I don’t ever need an excuse to go to my favorite restaurant, but this time I have one. After attending the party celebrating its grillmaster’s 1941 Tatra T87 win in the New York Times Collectible Car of the Year contest, I did as I said I would and took the photo I snapped of the car’s badge, goofed with it a bit in Photoshop and ordered up a mounted canvas-ized print of it from Snapfish.

I told Susan that if it arrived this week and it didn’t look like a total piece of crap, we’d be dining at Blue Star Saturday so as I could present it to Paul as  token of my esteem and admiration.

Sure enough, it arrived yesterday and I think it looks pretty cool (click it for the bigger picture):

Date burger, here I come!

A little over a year ago my friend Stephen Roullier introduced me to Blue Star Restaurant, a retroasis in the middle of a scrap metal wasteland south and east of downtown, and since then I’ve gone to no place more times for Saturday morning/early afternoon eats, in large part because the grillmaster there rustles up the most awesome burger I’ve ever had.  Ever. That grillmaster’s name is Paul Greenstein, and if you’re familiar with the downtown scene that thrived waaaaaay before the gentrified downtown as we now know it moved in — with places like Atomic Cafe, Gorky Park, Madame Wong’s, Al’s Bar — than you might recognize Paul’s name since he was a big part of it.  I believe somewhere else on his curriculum vitae you’ll find he once owned Millie’s here in Silver Lake. On top of that he’s a master neon-sign maker.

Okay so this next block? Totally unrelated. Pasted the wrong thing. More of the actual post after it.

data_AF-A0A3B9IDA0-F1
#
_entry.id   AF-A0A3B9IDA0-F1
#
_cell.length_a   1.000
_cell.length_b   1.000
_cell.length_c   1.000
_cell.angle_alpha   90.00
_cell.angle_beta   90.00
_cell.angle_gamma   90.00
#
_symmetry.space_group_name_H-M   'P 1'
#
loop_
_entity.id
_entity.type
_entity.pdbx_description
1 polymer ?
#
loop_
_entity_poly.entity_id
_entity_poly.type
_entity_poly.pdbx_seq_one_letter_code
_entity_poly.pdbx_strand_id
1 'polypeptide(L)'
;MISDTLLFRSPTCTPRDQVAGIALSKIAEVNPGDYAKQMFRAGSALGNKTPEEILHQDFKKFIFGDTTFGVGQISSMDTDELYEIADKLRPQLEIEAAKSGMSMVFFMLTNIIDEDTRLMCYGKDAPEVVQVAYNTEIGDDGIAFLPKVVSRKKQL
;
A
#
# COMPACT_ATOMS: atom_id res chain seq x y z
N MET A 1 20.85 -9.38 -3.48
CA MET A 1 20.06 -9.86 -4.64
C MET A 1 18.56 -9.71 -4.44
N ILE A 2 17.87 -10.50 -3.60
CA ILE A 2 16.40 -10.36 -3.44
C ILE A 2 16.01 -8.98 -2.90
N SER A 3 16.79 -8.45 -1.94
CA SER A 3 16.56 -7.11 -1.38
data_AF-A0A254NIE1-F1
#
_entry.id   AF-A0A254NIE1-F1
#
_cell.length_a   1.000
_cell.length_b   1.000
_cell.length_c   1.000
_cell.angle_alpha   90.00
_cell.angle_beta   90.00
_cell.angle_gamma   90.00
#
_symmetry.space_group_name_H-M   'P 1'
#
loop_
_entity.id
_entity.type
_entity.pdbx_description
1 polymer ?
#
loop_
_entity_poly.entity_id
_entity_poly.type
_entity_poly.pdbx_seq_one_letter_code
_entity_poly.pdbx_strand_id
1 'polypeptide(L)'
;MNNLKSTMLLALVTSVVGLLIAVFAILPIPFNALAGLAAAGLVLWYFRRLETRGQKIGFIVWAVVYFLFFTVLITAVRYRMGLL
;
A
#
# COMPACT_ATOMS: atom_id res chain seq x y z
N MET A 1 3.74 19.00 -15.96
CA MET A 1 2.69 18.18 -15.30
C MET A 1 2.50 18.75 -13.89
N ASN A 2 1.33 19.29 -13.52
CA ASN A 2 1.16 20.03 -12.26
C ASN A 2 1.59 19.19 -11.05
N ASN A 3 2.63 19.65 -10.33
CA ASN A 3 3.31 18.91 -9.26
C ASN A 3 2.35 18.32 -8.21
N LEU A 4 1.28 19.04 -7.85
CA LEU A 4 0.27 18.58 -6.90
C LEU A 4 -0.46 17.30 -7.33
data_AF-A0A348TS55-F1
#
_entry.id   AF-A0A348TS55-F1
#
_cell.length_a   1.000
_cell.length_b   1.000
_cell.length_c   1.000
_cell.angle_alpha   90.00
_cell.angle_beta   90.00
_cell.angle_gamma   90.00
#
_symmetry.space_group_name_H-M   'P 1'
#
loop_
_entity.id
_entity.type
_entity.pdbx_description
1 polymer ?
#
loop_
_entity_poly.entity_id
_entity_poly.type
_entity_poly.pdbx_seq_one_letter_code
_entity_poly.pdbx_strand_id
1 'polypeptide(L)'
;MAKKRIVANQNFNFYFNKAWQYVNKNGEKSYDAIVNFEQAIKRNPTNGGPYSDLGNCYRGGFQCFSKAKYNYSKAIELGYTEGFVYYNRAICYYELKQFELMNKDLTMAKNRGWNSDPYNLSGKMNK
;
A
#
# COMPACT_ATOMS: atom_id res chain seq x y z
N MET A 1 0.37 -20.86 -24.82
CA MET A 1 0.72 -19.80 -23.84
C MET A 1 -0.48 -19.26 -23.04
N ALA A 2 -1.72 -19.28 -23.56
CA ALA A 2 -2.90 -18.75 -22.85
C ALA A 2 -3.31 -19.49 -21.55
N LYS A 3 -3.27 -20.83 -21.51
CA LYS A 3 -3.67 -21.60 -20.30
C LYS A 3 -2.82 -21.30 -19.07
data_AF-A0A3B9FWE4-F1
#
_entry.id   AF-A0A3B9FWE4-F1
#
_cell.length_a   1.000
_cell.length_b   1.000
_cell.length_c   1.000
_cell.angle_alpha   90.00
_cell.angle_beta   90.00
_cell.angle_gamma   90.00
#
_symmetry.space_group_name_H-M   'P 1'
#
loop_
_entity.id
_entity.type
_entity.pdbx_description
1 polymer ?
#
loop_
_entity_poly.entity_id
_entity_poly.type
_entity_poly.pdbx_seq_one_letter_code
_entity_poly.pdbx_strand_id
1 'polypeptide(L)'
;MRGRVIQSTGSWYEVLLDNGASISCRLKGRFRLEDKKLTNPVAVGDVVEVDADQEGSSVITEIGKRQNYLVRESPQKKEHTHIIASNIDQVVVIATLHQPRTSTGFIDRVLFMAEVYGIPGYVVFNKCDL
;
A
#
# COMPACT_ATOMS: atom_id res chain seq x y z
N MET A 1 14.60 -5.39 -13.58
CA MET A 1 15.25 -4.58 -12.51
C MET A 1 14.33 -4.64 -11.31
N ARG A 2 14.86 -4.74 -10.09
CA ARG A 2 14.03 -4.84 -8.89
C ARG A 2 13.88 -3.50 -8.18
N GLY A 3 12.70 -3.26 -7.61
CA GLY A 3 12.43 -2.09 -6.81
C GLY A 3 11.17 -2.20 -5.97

I had no idea who he was, of course, seeing as how my connection to that bygone era as a chronic Valley dweller involved one tentative late-night stop at Gorky’s sometime in the mid-1980s after a wide-eyed visit to the old Power Tools club when it occupied the ground floor ballroom of the Park Plaza Hotel.

During that same first visit to Blue Star with Stephen that I met Paul and fell in love with his fantastic Date Burger, I also met his car parked out front, hands-down one of the most unique vehicles you’ll ever see. Ever: A 1941 Tatra T87.

A what? Yeah, me too. The rear-engined jet-black sexy beast looks something like a VW Bug on steroids, only with a third headlight and the most hot-damn dorsalist of dorsal fins. It also looked brand spankadankin’ new, not at all like it had been almost 70 years since it rolled off the Czechoslovakian assembly line where it had been built.

There’s one reason and a whole bunch of money behind why. After winning it on eBay in 2001, Paul and his girlfriend Dydia meticulously brought it back — even sent it back to the Czech Republic for a 3.5-year restoration process that they estimate came with a $60,000 pricetag.

And it’s paid off pretty handsomely. There was a great spread on the car in Motor Trend Classics magazine, a precursor to the Tatra recently being announced as the winner of the New York Times’ Collectible Car of the Year Contest.

So why am I writing all about this? Mainly because I’m a sucker for awesomely authenticalized automobilage, but also for a simple little reason. Paul and Dydia had a party this past Sunday at Blue Star to celebrate the victory and Stephen was kind enough to pass along the invitation to attend. And while Susan and I were there I got a good enough shot of the T87′s fantastic badge, above, that I’ve goofed with in Photoshop and may put it onto a t-shirt or frame a print of it.